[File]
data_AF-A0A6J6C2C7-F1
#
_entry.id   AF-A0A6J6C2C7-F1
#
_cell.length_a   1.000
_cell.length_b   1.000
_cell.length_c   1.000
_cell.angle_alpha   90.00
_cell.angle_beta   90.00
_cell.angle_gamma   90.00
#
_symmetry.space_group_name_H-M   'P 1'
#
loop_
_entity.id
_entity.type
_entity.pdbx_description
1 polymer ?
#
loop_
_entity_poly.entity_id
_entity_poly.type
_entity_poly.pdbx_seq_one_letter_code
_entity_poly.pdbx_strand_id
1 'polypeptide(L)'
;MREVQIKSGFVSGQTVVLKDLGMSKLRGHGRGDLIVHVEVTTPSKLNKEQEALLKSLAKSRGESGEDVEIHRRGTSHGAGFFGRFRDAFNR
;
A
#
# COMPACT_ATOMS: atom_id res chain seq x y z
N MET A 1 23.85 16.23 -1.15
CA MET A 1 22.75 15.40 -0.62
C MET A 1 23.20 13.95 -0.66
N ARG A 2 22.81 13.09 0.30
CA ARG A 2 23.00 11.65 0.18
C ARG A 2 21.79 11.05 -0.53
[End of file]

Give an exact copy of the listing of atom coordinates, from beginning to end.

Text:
data_AF-A0A6J6C2C7-F1
#
_entry.id   AF-A0A6J6C2C7-F1
#
_cell.length_a   1.000
_cell.length_b   1.000
_cell.length_c   1.000
_cell.angle_alpha   90.00
_cell.angle_beta   90.00
_cell.angle_gamma   90.00
#
_symmetry.space_group_name_H-M   'P 1'
#
loop_
_entity.id
_entity.type
_entity.pdbx_description
1 polymer ?
#
loop_
_entity_poly.entity_id
_entity_poly.type
_entity_poly.pdbx_seq_one_letter_code
_entity_poly.pdbx_strand_id
1 'polypeptide(L)'
;MREVQIKSGFVSGQTVVLKDLGMSKLRGHGRGDLIVHVEVTTPSKLNKEQEALLKSLAKSRGESGEDVEIHRRGTSHGAGFFGRFRDAFNR
;
A
#
# COMPACT_ATOMS: atom_id res chain seq x y z
N MET A 1 23.85 16.23 -1.15
CA MET A 1 22.75 15.40 -0.62
C MET A 1 23.20 13.95 -0.66
N ARG A 2 22.81 13.09 0.30
CA ARG A 2 23.00 11.65 0.18
C ARG A 2 21.79 11.05 -0.53